Polk County’s Most Wanted: Northern Pine Snake

Published 10:07 pm Wednesday, July 24, 2013

The photo is of a Northern Pine Snake. (photo by John White,  Virginia Herpetological Society; submitted by Pam Torlina)

The photo is of a Northern Pine Snake. (photo by John White, Virginia Herpetological Society; submitted by Pam Torlina)

This week’s species in our continuing series of articles on ‘Polk’s Most Wanted’ is the Northern Pine Snake (Pituophis melanoleucus melanoleucus.)

The Northern Pine Snake is one of the largest snakes in North Carolina, with specimens routinely reaching lengths exceeding 4 feet. On rare occasions, the Pine Snake may reach 6 feet in length. These snakes are bulky in appearance, with an overall background coloration of whitish-gray, with black or brown blotches.  In some areas, Pine Snakes may be referred to as ‘Bullsnakes’ due to their resemblance to that species. True Bullsnakes, however, occur west of North Carolina. The Pine Snake should not be easily confused with any other type of snake in N.C.

Pine Snakes are non-venomous and completely harmless to humans. However, if cornered or accosted, these snakes are capable of putting on an impressive threat display that includes very loud hissing, inflated throat and striking repeatedly. Unfortunately,  such displays often result in the death of the Pine Snake at the hands of uninformed persons.

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Pine snakes are usually active in the early morning hours, or late afternoon. Higher temperatures at mid-day oblige these large serpents to seek shelter underground in the burrows of mammals or in the interiors of hollow logs or tree stumps. Northern Pine Snakes will mate in the spring, and the females will deposit between five-15 very large eggs.

Northern Pine Snakes are most abundant along certain areas of the Coastal Plain and in the Sandhills region of N.C. This is not surprising, as these areas contain the open Pine forests and dry, sandy soils in which this species prefers to burrow. The habits of Northern Pine Snakes in the Piedmont and Mountains are shrouded in mystery.

Encounters with this species in the western areas of our state are very rare. However, Pine Snakes are an extremely secretive species and spend the majority of their time underground.

The Northern Pine Snake is not known to occur at Polk County – yet. At the present time, reports of the Northern Pine Snake in North Carolina are confined to the following counties: Brunswick, Cherokee, Clay, Cumberland, Graham, Harnett, Hoke, Montgomery, Moore, New Hanover, Richmond, Rutherford, Scotland and Swain. Some of these reports are many decades old. Also of interest are credible sightings of Northern Pine Snakes just south of the N.C. state line, along the S.C. Hwy. 11 corridor. Therefore, the most likely areas for Northern Pine Snake to be found in Polk would be the southern edge of the county, particularly along the south-eastern boundary adjacent to Rutherford County (N.C.) and Spartanburg County (S.C.)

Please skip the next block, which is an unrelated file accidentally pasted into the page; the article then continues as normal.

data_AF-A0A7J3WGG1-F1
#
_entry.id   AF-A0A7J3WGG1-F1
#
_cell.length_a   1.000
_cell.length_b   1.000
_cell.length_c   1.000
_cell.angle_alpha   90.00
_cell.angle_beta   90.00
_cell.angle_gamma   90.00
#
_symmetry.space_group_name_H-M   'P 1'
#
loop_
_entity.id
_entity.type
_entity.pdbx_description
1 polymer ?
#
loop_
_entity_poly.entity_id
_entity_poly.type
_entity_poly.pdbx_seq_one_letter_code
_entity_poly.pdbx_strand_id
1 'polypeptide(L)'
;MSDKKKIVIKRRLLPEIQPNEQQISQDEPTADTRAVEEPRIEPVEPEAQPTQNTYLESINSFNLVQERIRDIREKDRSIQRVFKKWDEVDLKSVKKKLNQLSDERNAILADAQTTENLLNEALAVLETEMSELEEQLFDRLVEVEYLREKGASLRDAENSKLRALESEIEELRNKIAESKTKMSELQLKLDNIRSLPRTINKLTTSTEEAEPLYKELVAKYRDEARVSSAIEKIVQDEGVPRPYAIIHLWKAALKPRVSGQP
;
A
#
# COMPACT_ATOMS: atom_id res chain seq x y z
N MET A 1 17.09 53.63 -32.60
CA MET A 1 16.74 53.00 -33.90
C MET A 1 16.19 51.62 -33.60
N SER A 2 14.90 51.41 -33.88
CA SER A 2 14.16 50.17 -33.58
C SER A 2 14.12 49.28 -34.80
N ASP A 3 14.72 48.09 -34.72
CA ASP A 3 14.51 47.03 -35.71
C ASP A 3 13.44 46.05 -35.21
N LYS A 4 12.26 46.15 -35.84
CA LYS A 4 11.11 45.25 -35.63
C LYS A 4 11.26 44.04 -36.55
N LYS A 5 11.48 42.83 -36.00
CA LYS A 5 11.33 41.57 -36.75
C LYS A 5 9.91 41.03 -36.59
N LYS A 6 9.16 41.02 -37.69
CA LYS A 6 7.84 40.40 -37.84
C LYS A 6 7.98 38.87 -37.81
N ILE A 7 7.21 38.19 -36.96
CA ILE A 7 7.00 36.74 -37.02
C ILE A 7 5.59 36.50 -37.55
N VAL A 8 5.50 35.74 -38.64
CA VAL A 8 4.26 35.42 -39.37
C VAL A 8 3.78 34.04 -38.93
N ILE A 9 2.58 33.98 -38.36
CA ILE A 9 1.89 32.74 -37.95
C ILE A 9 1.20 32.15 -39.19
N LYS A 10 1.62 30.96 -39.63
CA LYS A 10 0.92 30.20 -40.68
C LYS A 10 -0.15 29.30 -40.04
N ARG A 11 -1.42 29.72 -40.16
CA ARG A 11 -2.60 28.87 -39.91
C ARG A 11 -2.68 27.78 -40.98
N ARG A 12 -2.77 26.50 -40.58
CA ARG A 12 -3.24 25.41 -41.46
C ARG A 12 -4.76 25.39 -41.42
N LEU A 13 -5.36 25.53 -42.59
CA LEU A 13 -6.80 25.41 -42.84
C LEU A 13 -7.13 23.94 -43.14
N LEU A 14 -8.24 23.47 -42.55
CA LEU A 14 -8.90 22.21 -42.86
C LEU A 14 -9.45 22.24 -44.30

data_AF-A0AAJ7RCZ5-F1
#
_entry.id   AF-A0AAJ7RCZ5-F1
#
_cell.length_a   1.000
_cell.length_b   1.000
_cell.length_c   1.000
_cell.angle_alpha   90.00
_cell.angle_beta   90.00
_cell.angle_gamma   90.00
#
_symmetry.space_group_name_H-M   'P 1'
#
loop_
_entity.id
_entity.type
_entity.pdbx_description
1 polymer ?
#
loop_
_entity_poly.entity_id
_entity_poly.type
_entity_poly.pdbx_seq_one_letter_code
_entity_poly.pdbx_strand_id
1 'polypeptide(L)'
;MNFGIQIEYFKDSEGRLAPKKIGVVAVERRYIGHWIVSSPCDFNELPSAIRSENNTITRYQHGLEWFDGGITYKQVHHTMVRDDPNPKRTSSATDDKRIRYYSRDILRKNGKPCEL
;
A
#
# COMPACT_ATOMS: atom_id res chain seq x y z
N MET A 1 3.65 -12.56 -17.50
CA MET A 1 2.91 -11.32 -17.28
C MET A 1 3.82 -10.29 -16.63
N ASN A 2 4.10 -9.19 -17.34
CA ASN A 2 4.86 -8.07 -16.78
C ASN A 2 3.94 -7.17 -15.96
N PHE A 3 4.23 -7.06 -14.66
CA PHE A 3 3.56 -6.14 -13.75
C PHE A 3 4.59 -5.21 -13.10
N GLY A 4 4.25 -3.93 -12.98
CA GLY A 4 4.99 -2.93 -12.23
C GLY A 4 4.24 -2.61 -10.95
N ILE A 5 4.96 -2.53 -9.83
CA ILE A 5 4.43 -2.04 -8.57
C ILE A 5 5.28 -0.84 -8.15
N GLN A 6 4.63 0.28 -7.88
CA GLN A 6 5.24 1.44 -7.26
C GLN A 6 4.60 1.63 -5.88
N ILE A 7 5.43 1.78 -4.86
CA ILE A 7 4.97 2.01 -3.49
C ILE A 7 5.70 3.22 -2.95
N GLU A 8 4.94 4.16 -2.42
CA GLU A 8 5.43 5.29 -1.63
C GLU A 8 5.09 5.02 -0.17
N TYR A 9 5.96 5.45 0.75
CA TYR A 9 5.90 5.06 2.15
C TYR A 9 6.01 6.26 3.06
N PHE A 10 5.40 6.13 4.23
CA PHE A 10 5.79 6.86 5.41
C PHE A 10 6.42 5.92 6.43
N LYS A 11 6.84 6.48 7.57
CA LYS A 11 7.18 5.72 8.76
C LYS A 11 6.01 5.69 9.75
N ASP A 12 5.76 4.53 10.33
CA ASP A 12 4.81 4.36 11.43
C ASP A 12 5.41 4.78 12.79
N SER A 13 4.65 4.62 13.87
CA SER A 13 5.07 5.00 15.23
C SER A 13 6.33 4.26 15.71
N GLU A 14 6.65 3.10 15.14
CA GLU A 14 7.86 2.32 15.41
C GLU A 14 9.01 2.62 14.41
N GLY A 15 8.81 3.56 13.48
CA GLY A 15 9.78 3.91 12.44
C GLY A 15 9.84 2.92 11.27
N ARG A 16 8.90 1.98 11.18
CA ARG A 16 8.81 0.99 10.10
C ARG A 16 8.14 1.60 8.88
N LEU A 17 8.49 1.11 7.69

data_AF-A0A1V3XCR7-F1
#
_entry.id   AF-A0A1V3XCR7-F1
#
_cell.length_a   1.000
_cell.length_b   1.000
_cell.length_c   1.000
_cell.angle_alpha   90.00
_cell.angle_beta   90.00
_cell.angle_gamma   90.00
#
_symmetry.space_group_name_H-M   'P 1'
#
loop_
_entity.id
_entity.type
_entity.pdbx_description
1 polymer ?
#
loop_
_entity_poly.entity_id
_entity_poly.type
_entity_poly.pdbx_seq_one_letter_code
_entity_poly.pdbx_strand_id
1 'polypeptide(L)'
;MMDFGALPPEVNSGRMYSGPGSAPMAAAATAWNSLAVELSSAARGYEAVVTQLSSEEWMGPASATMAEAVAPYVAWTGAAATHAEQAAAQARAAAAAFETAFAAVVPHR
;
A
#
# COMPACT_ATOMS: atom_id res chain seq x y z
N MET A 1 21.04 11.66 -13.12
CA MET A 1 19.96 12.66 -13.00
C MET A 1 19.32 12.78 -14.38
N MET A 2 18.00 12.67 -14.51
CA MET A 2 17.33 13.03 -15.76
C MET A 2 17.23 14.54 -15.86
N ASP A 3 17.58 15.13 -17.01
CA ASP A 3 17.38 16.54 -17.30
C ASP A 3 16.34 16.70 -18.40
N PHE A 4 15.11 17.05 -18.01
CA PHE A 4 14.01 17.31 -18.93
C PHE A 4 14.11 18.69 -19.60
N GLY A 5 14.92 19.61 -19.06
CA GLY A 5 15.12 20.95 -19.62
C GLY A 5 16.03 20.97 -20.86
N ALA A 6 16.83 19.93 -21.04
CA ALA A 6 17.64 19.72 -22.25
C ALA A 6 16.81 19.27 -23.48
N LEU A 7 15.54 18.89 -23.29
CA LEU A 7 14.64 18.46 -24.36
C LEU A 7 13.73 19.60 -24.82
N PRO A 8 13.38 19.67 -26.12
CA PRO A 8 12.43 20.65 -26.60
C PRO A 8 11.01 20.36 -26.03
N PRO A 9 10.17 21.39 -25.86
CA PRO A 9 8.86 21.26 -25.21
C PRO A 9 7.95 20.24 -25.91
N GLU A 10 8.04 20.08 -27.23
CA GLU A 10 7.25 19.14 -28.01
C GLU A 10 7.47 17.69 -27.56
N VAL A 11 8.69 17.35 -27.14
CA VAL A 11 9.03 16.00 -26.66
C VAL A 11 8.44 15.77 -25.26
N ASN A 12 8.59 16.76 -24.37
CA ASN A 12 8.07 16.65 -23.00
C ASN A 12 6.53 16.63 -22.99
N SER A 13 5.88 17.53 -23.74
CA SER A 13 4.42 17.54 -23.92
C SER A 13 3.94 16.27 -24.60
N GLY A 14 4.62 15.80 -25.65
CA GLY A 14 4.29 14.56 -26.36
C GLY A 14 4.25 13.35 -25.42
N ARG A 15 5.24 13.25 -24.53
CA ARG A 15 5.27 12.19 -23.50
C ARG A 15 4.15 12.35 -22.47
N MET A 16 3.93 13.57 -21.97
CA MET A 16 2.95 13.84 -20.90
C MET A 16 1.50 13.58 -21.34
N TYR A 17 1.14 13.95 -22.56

Much remains to be learned about this harmless and secretive species in North Carolina, particularly in the Piedmont and Mountains. Alert citizens can aid greatly in this regard by reporting any sightings of this snake to the appropriate authorities.  Those with information concerning Northern Pine Snakes in Polk or nearby counties are encouraged to contact the Pacolet Area Conservancy.

If you think that you have seen this species or know where it might be located, contact PAC at 828-859-5060, or e-mail comments, questions or photos to, landprotection@pacolet.org.
The purpose of this project is to gain a better understanding of the flora and fauna in Polk County and document the species present in the county.

PAC is a 501(c)(3) non-profit conservation organization (land trust) founded in 1989 to Protect and Conserve the area’s natural resources (PAC’s mission.) PAC works with area landowners to ensure the long-term protection of their property through voluntary conservation easements (agreements) which enable landowners to maintain ownership of their property, preserving precious natural resources (open lands, forests, wildlife habitat, scenic vistas, farmland, stream banks, etc.), and potentially obtain significant federal, state and local tax benefits.

PAC’s vision is a community living and growing in harmony with our natural resources and or goal is to provide a legacy that will endure and be valued by generations to come. PAC works diligently to provide leadership to encourage conservation and provide education programs emphasizing native species appreciation and responsible land use practices to help – save the places you love.

– article by David Campbell